12-3 incident

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The 12-3 incident (Chinese: 一二·三事件; pinyin: Yīèr Sān shìjiàn), known in Portugal as the 1-2-3 Riot (Portuguese: Motim 1-2-3) refers to a riot in Macau that happened on December 3, 1966, inspired by the Cultural Revolution in the People's Republic of China.

Tension[edit]

In 1966 residents tried to obtain a licence for a private school on Taipa Island. After being rejected many times they went ahead and started building without permits. On November 15, 1966, Portuguese police arrested the school officials and beat construction workers, residents, and press reporters.[1] As a result, Mao Zedong's supporters mobbed the Macau Governor’s house, while troops were called in to suppress them.[2]

The incident[edit]

On December 3, the government ordered them to be arrested. This stirred up the anger of the general public and more people came to protest. They pulled down the statue of Colonel Vicente Nicolau de Mesquita at Largo do Senado at the city centre and tore the right arm off the statue of Jorge Alvares [1] located on the former outer harbor ferry port, and burned archive documents—some irreplaceable—at the Leal Senado building the Holy House of Mercy. Portuguese soldiers from Africa, who came to Macau on holiday, were called in and martial law was declared. As a result of the protests, 11 people were killed by police and 200 were injured. The incident is often referred to as "12-3," with reference to the date of the riots.[3] The Portuguese authorities’ handling of the event was regarded as clumsy.[2]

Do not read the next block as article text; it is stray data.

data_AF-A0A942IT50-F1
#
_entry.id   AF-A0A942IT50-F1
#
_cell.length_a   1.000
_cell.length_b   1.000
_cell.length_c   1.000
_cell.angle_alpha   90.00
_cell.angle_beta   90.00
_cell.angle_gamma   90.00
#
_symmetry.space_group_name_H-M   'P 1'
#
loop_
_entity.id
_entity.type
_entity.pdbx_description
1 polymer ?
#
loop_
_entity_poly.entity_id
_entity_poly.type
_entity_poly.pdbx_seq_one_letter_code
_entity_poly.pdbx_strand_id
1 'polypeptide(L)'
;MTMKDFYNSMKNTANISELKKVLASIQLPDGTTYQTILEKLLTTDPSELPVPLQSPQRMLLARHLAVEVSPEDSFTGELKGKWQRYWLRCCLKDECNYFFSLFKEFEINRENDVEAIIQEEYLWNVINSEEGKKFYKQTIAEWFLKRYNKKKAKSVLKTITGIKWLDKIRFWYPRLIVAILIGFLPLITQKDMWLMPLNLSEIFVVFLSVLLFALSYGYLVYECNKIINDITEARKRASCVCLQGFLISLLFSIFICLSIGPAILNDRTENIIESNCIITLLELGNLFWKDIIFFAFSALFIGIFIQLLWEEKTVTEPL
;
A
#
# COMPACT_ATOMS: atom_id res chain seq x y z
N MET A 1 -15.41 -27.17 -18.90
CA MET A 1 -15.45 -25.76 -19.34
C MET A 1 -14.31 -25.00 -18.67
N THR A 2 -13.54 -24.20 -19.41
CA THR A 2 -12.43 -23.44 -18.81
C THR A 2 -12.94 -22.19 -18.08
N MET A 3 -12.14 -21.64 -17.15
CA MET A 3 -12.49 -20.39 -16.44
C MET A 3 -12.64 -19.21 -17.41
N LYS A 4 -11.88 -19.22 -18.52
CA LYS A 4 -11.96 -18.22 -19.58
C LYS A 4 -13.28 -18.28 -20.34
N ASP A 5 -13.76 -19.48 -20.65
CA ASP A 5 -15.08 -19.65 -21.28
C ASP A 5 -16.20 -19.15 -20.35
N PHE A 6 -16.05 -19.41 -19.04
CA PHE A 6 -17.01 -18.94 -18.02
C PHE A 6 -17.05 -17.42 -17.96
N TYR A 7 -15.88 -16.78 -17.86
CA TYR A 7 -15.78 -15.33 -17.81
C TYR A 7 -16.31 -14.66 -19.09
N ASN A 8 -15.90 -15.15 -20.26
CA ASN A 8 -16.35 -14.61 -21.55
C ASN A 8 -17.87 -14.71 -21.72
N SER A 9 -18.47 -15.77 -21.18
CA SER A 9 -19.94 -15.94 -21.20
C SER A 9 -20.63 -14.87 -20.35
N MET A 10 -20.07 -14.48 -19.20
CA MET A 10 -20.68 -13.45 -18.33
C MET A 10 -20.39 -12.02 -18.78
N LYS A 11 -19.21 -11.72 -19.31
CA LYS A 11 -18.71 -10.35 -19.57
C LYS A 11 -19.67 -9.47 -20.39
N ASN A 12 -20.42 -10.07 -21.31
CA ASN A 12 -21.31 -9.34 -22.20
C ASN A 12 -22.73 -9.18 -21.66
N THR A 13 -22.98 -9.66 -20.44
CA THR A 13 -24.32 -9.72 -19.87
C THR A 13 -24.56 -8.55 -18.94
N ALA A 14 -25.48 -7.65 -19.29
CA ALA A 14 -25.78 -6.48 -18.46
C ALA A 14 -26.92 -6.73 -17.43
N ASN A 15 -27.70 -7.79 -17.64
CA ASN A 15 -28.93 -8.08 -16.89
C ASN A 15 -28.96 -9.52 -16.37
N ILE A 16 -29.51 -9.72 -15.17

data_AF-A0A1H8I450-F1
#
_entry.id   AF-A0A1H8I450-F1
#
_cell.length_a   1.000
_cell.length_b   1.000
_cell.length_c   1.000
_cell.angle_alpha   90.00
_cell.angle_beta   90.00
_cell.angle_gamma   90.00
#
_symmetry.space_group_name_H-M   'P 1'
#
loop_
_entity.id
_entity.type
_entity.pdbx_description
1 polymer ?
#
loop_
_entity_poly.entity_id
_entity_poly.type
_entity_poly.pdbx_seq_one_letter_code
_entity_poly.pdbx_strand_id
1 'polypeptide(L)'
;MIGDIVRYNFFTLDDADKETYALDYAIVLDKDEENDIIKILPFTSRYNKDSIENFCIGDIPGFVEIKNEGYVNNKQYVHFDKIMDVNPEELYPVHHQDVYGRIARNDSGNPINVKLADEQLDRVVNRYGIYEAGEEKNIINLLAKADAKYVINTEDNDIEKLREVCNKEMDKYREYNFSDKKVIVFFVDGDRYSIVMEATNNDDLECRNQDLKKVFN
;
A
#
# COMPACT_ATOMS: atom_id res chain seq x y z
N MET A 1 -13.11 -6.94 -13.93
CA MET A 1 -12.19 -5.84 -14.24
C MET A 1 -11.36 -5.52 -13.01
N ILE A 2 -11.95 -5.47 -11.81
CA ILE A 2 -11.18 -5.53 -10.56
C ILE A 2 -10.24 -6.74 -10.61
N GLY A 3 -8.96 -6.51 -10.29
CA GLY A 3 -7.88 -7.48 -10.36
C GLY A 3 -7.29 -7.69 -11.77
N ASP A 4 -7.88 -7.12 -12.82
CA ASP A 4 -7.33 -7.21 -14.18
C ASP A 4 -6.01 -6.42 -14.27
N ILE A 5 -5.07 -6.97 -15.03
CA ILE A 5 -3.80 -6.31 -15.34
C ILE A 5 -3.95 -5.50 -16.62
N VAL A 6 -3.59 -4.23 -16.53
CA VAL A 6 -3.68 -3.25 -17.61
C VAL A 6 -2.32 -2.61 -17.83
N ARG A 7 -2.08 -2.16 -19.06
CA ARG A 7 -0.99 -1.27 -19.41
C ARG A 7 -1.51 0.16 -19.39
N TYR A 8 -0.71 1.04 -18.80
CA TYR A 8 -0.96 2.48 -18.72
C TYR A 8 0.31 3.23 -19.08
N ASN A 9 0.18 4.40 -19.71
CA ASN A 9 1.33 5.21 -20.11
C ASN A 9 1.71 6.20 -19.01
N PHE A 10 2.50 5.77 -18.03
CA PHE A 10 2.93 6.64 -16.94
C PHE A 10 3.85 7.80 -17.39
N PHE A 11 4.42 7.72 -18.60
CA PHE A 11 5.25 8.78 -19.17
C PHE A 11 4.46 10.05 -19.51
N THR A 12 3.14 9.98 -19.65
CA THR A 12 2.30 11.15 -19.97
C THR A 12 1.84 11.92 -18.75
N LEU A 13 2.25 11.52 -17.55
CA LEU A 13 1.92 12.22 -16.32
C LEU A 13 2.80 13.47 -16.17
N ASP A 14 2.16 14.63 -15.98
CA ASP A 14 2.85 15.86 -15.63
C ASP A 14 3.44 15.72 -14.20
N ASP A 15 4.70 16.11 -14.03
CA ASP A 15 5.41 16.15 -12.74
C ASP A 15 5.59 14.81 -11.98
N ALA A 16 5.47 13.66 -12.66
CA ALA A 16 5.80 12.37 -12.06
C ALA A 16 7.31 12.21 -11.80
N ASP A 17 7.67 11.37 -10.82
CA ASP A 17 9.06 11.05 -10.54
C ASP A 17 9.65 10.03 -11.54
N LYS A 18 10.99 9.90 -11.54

Aftermath[edit]

The Chinese people adopted a "three no's" approach as a means to continue their struggle with the Government — no taxes, no service, no selling to the Portuguese.[3] They were successful and on January 29, 1967 the Portuguese government of Macau signed a statement of apology.[3] This marked the beginning of equal treatment and recognition of Chinese identity and of de facto Chinese control of the colony, as an official apology underlined the fact that after 1949, administration of Macau continued only at the behest of the Chinese Communist government.[3]

See also[edit]

References[edit]

  1. ^ "The 12-3 Incident entry in Macau Encyclopedia" (in Chinese). Macau Foundation. Retrieved 2008-01-02. 
  2. ^ a b Courtauld, Caroline. Holdsworth, May. (1997) (1997). The Hong kong story. Oxford university press publishing. ISBN 0-19-590353-6.
  3. ^ a b c d Lo Shiu-hing (December 1989). "Aspects of Political Development in Macao". The China Quarterly 120: 837–851. doi:10.1017/S030574100001849X.